Becoming an accomplished musician is not dependent upon this type of reflection. It is possible to be an amazing performer or effective teacher without considering any of this. But, there is great inspiration to be found by situating ourselves in time and space with all that came before us, and all that contributed to who we are. The words and sounds of my teachers live on in my own playing and in my every day work. To this day, I can still hear the sweet sound of my first trumpet teacher George Monaco. His influence on my life, playing, and teaching is truly profound. And, recalling his sound also allows me to relive other important aspects of my time with him. I am reminded that my parents worked diligently to pay for those lessons and that my thirty-minute lessons would often last two hours. And sometimes, the only reason those lessons ended at two hours was because my mother would call the Monaco home asking if I was still there. My parents’ desire for me to play the trumpet, their love of music, their willingness to pay for lessons on a tight budget, George’s generosity with his time and gifts, and the impact all of this had on my life is all part of the story. But that confluence of commitment, time, people, and love shaped my musicianship in a very specific way. It was a situation that was unique to me. We all have stories of our early years in music that serve as a rich resource for future inspiration. My relationship with George has had a significant and lasting impact on me as a teacher, performer, and person. It is part of my confluence.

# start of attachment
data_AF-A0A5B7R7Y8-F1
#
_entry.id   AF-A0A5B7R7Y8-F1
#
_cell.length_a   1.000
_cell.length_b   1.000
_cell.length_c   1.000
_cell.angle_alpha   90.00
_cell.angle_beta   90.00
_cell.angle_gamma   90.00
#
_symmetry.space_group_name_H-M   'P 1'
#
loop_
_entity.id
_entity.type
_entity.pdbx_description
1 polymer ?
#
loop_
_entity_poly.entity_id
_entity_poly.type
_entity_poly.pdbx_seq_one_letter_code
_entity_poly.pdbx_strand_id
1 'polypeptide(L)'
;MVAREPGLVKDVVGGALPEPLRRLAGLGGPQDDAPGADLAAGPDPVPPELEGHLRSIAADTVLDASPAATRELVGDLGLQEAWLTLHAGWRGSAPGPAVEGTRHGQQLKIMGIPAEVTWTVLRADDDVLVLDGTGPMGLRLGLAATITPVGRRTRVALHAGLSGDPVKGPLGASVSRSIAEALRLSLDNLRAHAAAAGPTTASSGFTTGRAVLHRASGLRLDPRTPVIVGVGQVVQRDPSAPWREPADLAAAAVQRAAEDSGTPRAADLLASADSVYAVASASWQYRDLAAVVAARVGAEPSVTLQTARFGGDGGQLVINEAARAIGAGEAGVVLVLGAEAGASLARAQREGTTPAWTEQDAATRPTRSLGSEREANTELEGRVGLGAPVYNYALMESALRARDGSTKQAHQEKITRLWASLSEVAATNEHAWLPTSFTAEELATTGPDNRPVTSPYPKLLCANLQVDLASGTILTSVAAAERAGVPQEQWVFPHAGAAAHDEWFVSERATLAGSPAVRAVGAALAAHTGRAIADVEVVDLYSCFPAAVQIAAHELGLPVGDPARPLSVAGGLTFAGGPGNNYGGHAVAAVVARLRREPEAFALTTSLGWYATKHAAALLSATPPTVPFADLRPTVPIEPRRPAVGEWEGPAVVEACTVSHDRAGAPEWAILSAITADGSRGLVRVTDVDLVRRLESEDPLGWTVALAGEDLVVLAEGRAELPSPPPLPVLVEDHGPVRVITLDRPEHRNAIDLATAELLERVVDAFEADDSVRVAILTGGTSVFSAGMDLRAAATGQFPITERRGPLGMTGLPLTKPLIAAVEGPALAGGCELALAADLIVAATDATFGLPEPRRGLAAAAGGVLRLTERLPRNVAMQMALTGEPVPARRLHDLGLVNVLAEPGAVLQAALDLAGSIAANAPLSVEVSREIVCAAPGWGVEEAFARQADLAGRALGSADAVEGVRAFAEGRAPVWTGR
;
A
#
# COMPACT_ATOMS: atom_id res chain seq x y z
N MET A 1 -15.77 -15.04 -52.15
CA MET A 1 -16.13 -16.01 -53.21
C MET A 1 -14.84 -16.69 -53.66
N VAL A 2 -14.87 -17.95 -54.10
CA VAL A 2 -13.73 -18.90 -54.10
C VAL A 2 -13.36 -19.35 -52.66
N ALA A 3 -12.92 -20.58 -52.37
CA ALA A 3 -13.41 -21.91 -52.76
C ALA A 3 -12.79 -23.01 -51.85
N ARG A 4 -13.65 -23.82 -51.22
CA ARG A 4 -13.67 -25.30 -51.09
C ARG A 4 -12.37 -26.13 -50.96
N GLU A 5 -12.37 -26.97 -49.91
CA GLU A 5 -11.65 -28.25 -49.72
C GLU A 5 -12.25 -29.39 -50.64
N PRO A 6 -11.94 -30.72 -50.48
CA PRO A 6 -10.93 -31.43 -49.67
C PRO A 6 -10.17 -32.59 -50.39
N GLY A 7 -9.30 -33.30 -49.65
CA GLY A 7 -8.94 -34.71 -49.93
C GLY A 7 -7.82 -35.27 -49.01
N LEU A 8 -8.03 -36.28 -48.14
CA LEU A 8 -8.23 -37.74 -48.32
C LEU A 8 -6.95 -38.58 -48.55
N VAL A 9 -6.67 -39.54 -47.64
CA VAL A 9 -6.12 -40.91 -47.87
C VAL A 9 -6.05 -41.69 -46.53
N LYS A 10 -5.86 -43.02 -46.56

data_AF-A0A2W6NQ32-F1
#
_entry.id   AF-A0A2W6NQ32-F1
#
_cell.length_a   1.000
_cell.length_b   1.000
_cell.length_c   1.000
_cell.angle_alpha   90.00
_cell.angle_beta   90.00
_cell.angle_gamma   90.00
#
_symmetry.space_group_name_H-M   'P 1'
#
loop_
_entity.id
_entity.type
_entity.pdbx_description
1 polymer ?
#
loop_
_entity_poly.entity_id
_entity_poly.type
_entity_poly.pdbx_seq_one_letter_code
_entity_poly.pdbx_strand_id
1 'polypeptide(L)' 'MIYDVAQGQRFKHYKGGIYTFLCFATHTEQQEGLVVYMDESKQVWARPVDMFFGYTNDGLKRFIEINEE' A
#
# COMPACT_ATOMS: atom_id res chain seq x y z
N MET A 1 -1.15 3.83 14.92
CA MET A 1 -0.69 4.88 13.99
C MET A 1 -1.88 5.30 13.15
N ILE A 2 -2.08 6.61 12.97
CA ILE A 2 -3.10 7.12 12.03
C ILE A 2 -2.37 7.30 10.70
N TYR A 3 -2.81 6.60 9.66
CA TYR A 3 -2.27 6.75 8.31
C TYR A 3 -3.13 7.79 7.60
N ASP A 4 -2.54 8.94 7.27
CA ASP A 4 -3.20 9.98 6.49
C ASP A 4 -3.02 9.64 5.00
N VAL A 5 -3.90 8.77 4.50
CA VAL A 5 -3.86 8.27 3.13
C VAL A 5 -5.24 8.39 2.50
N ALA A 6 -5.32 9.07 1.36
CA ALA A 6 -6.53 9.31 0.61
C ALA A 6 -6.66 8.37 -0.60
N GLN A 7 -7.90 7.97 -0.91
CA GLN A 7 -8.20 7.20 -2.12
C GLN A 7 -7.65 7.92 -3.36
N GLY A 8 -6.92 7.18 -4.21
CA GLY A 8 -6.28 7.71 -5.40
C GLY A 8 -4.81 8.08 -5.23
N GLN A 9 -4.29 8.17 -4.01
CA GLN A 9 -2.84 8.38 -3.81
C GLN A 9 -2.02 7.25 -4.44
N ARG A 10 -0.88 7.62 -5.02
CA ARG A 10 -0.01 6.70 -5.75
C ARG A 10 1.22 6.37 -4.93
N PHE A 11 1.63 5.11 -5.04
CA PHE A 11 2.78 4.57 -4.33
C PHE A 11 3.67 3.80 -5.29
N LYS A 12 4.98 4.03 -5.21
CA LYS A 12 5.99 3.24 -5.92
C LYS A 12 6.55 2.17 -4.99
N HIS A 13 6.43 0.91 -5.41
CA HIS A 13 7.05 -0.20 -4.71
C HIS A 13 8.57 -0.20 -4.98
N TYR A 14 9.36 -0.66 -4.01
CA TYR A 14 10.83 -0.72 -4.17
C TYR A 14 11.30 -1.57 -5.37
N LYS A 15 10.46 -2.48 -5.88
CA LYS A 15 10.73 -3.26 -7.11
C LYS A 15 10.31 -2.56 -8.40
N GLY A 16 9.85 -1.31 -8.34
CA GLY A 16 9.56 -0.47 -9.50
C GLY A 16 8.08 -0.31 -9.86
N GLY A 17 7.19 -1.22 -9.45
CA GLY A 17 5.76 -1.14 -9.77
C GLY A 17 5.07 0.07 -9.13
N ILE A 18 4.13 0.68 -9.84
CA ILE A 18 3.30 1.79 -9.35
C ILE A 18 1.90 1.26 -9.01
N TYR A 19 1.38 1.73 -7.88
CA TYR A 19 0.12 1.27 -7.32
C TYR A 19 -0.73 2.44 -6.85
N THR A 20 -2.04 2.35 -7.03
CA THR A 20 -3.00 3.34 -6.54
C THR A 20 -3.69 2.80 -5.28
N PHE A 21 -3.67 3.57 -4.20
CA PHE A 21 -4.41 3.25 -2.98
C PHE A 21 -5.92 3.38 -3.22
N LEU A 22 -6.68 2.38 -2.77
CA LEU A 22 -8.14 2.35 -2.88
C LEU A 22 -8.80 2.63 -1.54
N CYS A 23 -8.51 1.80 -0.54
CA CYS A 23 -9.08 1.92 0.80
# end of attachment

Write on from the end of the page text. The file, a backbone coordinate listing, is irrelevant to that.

My teacher at The University of North Texas was Keith Johnson. He was an inspired and inspiring teacher who provided motivation to work, but who also helped us identify artistry within ourselves. Keith would say that he loved to hear from his former students. But, he hoped they would call only because they wanted to, not because they needed to. His desire was to teach in such a way that his students could sustain themselves musically throughout their careers with no dependency on him. It truly was the kind of teaching that lasts a lifetime. Over the course of that two years, I can honestly say I left every lesson feeling like I could do anything. That constant encouragement was a valuable lesson in my life. My gratitude for his approach has instilled in me the desire to do the same thing for my students. That gratitude flows through me and is part of my confluence.

As we engage in the most important conversations of our lives and careers, awareness of our own personal proximity, history, education, experience and situation is invaluable.
In order to participate and contribute in meaningful ways, we must first know exactly where we stand, how we got there, and what we believe to be the truth. This point of departure is the result of everything, every person, and every place we have experienced. Making this connection and understanding its true meaning is the first step towards an informed, authentic artistry. Being grateful for what we have been given, allowing that to inform what we believe, and using that perspective to aid continual growth creates a healthy flow of ideas and reminds us of our place standing at the confluence.

Homework:

1. Describe your confluence. Consider all the tributaries that have fed and continue to feed the person, artist, and teacher that you are today.

2. Think about the specific contributions made to you by specific people and places.

3. Reach out someone who had fed you in some meaningful way and thank them for their impact on your life. Do this, even if you have already done so at some point.